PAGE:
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ARF
Posts: 2
Joined: Mon Apr 16, 2007 4:55 pm

Information

Postby ARF » Mon Apr 16, 2007 5:49 pm

Hi,
I live in Essex, UK.
My mum has PC. She is 66. She returned home from a holiday in Spain in Oct 2006 and began to lose weight. She became jaundiced and had digestive problems. After several months of seemingly endless blood tests through her GP, she was referred to a digestion specialist.
After scans and an endoscope etc he told her 2 weeks ago that she had a growth on her Pancreas which was 99% likely to be mailignant. He stated that it was very difficult to do a biopsy because of the location of the pancreas. He advised that she should see an oncologist and that chemo could possibly shrink the tumour for resection.
Today mum went to see the oncologist and was told that she has a
2-3cm tumour on the pancreas which is between two blood vessels and therefore not resectable. He has advised a 12 week course of chemo which is scheduled to begin in 2-3 weeks time;
2 weeks treatment with 1 weeks rest then repeated. He stated that the cancer was not going to shrink but might be containable.
My mother does not want to know the details and therefore my father did not feel he could ask the right questions in front of her. We are in the dark. I know how I feel about this because I have read this and other websites. I am not a defeatist but I am a realist. I find things much easier to deal with if I know the full facts. Whilst I want to protect my parents and I respect my mother's right not to ask, how can I get the right prognosis and get my questions answered? My mother would allow me to talk to her GP directly but do they usually do this?

rosieh
Posts: 69
Joined: Sat Apr 14, 2007 11:42 am

Postby rosieh » Mon Apr 16, 2007 7:52 pm

ARF
[quote]I am not a defeatist but I am a realist. I find things much easier to deal with if I know the full facts. Whilst I want to protect my parents and I respect my mother's right not to ask, how can I get the right prognosis and get my questions answered? My mother would allow me to talk to her GP directly but do they usually do this?[/quote]

My father was diagnosed (at age 68) in March. I am sorry to hear about your mum. I, too, like to know the facts and I can empathise with your sentiments above.

Yes, your mum's GP (or indeed Oncologist) should be willing to discuss her case with you providing that she gives her permission. When my dad was being tested (different circumstances as he was in hospital for 6 weeks and got all his tests/diagnosis done during that time) his Consultant or one of their Registrars were always happy to speak to me about where things were up to. The only condition was that they always checked with my dad first, and he always consented.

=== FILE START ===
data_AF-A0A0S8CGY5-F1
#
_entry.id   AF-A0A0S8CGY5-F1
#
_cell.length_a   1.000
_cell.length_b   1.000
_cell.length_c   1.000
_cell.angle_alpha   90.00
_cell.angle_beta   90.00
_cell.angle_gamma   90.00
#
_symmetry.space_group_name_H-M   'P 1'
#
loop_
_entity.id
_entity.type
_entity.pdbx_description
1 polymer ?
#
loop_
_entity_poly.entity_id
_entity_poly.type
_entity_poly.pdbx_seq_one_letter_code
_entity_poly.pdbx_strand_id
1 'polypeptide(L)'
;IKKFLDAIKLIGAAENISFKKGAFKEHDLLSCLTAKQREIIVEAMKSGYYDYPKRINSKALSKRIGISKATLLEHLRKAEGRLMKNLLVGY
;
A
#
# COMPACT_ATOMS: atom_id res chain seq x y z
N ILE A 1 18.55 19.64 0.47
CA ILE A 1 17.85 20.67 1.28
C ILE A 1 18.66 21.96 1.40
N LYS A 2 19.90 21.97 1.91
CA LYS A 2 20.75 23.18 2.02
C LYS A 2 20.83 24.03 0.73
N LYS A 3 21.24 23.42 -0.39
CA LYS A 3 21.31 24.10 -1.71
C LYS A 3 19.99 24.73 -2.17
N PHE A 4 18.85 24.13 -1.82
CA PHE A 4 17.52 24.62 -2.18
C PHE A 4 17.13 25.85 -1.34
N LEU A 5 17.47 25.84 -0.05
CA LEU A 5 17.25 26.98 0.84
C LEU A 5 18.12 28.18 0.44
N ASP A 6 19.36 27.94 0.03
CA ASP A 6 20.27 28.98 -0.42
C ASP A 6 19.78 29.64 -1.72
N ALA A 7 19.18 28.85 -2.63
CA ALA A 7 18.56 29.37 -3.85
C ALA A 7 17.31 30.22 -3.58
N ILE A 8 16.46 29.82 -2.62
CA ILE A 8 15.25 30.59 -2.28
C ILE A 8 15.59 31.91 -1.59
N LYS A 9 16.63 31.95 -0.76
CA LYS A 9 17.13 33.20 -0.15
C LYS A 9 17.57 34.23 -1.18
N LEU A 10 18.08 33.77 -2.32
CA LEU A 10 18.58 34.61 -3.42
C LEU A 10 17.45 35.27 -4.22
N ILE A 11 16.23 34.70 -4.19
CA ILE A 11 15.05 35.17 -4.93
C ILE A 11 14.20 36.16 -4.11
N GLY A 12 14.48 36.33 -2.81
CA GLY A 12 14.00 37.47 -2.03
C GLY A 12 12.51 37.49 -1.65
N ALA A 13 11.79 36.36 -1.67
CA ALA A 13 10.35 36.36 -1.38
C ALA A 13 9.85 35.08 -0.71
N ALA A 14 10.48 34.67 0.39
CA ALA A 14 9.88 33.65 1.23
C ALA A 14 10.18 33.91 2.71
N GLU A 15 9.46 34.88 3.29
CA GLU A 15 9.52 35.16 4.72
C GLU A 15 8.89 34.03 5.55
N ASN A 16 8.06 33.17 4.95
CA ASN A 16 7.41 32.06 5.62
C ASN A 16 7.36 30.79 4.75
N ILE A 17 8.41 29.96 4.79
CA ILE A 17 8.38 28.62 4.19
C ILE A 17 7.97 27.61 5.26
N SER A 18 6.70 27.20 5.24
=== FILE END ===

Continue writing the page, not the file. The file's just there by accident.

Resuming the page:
I wish you luck in getting the information you need, and getting the best possible care and treatment for your mum. I will say to you that you should push (assertively) for information and help. Our experience (dad wasn't offered any treatment at all) has been largely positive in terms of the care and nursing support we've had, but on occasions we have had to ask and ask again to fully understand who does what, and how to access various services and support.

Take care

ARF
Posts: 2
Joined: Mon Apr 16, 2007 4:55 pm

Postby ARF » Mon Apr 16, 2007 9:31 pm

Like so many, this is all new to me. I will hopefully be seeing mum's GP in the next week or so.
I'm going to make a list of topics to raise so I get what I want out of the meeting.
Thanks for your support.

rosieh
Posts: 69
Joined: Sat Apr 14, 2007 11:42 am

Postby rosieh » Tue Apr 17, 2007 4:04 pm

I found it useful to take a list in when we saw Dad's Consultant team. I did find that most of the time they had answered all of my questions anyway but it was very helpful to have a checklist.

Also, ARF, start to think about care needs for your mum. Who, how, what - etc. You may be able to handle this as a family but my advice to you is to start to think about the practical and logistical side of things sooner rather than later so that you get geared up for them. Your mum's GP is responsible for her medical care when she is at home and so is the best person to start having these discussions with. The reality for us has been that between Macmillan Nurse, District Nurse, GP and Home Care, we have had everything we need. The District Nurse seems to be the one who does all the organising and ordering of equipment etc.

For example, we were a bit silly in that we bought dad a brand new double bed just before he came out of hospital. A week later, the care team (carers and District Nurse) decided that he would need a proper hospital bed and we were left with the dilemma of where to store a double :wink: Ah well, you live and learn. :)